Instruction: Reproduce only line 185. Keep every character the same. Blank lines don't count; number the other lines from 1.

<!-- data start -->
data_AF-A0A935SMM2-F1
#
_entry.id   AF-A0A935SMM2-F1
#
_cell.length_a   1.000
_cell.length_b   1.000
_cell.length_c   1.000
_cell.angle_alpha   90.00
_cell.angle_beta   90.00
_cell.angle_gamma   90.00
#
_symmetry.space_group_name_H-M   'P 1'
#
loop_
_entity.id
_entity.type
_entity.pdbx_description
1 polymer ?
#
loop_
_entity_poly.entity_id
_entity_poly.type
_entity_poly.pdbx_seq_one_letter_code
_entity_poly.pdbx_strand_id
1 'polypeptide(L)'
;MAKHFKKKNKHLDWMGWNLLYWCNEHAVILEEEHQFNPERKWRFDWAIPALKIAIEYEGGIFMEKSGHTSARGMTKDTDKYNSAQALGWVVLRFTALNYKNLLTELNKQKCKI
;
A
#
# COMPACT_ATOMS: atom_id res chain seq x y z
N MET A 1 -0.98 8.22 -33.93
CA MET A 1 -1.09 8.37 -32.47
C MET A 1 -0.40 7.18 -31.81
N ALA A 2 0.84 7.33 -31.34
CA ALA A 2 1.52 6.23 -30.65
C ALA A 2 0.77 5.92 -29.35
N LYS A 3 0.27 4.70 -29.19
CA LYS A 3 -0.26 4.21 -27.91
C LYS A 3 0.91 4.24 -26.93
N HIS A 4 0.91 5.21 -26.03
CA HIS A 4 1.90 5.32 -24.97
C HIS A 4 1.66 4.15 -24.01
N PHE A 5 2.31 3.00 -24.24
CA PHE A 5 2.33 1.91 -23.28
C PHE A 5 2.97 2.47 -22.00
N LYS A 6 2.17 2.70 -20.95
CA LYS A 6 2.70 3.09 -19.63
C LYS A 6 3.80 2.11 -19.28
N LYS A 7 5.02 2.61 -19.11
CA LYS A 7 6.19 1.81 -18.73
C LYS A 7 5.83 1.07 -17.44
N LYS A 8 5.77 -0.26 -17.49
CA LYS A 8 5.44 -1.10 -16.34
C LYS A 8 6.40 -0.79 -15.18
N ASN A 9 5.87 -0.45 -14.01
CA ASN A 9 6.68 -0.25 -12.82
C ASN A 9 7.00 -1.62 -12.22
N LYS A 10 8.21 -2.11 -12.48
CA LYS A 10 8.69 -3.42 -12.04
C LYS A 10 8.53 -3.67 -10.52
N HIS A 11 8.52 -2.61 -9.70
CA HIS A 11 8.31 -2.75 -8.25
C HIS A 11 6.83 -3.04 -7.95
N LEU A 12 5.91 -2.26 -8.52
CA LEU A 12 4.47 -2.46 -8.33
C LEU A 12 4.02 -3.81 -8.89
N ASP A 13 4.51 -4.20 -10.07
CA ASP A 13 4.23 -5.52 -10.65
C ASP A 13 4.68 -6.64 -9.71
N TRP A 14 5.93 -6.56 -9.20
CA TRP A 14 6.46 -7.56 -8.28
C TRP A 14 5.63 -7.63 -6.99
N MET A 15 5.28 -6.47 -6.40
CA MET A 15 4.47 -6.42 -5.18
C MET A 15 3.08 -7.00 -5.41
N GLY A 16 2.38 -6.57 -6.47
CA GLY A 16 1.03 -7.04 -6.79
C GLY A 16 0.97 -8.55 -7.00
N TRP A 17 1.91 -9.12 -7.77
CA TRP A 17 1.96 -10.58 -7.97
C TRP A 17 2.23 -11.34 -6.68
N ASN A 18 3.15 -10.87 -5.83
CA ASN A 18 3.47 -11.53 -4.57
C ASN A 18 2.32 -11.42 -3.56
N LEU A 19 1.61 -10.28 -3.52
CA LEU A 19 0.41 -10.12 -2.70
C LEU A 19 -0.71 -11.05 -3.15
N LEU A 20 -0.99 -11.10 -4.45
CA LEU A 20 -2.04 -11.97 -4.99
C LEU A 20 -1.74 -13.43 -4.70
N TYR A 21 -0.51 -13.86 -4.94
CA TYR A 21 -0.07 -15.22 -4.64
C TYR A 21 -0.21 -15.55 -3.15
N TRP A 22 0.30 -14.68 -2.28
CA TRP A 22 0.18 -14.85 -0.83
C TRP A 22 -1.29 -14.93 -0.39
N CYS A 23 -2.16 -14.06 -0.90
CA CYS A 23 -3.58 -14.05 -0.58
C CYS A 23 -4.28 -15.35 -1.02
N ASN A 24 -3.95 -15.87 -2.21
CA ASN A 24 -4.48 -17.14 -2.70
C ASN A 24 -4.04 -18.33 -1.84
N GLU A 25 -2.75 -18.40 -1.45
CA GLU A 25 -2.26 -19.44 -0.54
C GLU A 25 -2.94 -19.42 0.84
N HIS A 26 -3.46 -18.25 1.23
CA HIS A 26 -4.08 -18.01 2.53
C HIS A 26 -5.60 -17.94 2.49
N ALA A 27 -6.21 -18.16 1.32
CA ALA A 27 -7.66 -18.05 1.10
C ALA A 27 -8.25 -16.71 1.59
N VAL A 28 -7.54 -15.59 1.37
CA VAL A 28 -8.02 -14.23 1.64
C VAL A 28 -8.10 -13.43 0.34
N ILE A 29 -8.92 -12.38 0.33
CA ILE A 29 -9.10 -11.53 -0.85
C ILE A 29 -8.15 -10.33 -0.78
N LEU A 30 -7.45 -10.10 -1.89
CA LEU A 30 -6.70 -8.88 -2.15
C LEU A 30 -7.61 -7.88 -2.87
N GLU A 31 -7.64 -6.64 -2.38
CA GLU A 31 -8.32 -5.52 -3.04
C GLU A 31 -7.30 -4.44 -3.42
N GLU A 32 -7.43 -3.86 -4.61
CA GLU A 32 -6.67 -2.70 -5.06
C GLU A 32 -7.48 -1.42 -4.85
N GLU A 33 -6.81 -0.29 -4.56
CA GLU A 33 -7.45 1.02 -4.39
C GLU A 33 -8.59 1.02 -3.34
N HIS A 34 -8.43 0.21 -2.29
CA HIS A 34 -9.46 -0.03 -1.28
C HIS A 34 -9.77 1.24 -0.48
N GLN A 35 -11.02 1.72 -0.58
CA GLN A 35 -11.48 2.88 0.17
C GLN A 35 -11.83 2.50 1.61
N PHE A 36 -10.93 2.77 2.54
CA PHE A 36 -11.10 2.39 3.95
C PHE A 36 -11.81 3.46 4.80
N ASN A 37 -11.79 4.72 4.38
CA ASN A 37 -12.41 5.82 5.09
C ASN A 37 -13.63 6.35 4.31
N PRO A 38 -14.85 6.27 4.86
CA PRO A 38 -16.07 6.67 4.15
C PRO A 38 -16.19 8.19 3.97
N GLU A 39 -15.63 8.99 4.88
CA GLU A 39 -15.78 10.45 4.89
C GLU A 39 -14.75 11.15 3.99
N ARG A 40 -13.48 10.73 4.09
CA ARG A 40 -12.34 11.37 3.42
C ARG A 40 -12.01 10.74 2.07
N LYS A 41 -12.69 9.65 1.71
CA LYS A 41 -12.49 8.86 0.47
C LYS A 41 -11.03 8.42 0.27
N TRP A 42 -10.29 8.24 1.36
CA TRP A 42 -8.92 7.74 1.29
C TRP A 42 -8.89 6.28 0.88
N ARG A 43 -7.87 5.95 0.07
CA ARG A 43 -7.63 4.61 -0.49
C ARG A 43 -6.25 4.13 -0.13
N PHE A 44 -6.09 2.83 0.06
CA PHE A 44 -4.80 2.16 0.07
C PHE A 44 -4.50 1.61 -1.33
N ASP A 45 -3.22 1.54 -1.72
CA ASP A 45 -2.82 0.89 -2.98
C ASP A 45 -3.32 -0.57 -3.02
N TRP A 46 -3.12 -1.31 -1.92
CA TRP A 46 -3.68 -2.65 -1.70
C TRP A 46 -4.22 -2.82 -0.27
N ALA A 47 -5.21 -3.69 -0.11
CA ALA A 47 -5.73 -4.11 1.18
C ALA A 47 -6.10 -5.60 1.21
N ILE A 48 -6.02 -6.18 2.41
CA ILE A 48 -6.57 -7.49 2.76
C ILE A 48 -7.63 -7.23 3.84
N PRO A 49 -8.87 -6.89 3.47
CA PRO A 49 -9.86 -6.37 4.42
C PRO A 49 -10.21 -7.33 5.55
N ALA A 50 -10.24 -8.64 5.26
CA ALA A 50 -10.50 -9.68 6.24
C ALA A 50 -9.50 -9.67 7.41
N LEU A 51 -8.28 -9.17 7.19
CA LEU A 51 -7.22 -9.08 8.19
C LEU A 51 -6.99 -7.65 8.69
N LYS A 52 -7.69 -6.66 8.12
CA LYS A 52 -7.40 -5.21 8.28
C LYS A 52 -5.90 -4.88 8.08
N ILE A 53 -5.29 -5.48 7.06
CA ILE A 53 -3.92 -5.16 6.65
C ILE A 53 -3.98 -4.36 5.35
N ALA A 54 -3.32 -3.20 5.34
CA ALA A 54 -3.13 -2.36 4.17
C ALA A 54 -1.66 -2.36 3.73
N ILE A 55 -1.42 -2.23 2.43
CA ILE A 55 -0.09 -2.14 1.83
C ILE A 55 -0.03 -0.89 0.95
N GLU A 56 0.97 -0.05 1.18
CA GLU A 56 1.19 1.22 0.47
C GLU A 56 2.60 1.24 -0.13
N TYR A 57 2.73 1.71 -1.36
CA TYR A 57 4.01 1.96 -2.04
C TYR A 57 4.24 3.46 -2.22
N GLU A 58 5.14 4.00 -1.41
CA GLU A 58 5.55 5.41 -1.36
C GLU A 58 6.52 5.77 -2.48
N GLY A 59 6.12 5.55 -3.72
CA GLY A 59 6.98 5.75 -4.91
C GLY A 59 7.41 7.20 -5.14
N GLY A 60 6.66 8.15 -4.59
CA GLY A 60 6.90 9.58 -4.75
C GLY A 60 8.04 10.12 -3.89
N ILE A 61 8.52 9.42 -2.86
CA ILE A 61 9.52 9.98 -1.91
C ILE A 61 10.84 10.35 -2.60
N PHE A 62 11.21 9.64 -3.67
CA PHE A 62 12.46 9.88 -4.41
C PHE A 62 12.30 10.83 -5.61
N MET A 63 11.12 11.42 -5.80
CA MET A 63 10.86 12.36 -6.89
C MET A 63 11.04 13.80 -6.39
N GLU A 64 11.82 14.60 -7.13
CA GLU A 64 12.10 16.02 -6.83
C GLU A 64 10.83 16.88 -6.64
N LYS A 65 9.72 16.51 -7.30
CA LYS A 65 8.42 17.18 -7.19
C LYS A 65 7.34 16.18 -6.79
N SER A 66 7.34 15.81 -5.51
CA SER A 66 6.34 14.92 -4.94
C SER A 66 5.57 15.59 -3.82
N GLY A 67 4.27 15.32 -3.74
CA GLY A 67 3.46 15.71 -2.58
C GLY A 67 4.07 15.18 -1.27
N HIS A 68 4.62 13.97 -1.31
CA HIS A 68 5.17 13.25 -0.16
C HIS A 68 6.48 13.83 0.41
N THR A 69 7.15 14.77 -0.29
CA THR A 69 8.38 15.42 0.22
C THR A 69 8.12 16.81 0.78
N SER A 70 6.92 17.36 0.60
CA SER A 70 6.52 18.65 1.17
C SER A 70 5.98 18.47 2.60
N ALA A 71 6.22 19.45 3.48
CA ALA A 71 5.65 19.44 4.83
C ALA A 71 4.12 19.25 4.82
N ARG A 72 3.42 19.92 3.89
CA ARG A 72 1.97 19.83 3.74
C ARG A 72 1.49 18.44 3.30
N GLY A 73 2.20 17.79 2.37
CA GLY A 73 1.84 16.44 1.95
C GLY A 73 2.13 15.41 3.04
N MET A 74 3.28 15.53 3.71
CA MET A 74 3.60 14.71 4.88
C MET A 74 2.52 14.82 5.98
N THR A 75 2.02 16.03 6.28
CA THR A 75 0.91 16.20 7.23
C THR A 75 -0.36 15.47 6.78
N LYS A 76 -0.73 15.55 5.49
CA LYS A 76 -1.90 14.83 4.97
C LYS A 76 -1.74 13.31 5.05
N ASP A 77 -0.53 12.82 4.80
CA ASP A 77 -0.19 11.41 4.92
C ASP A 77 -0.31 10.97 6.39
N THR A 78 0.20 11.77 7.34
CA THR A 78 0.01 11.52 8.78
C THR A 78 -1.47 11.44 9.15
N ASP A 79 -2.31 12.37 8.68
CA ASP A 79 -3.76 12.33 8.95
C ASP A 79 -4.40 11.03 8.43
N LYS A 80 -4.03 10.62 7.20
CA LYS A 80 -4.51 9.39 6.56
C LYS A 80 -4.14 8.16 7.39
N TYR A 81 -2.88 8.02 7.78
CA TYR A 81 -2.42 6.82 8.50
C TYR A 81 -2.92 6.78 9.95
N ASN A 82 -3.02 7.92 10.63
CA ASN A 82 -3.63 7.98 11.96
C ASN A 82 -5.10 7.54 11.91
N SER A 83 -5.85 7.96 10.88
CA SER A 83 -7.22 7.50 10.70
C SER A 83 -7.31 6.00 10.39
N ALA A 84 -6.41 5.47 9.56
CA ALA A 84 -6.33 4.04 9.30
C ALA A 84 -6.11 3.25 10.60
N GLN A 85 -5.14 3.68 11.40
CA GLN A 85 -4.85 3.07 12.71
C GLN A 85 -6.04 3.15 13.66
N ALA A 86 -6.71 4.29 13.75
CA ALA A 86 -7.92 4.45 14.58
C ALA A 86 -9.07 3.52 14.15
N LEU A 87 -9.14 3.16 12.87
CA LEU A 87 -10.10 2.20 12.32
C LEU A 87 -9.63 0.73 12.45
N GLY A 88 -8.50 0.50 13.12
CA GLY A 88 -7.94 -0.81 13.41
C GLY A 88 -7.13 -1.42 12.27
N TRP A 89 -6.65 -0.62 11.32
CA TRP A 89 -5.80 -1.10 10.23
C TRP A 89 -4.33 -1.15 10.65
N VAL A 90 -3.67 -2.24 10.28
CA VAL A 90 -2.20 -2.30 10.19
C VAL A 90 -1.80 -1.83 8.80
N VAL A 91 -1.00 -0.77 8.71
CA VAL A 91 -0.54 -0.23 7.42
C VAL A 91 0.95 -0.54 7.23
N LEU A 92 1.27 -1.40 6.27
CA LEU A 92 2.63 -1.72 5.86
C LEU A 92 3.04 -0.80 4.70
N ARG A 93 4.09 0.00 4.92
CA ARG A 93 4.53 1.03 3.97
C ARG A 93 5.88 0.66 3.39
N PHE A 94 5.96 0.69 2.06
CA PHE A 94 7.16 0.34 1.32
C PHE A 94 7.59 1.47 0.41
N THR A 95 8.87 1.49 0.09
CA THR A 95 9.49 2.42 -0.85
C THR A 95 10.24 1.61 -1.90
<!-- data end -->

CA LYS A 52 -7.40 -5.21 8.28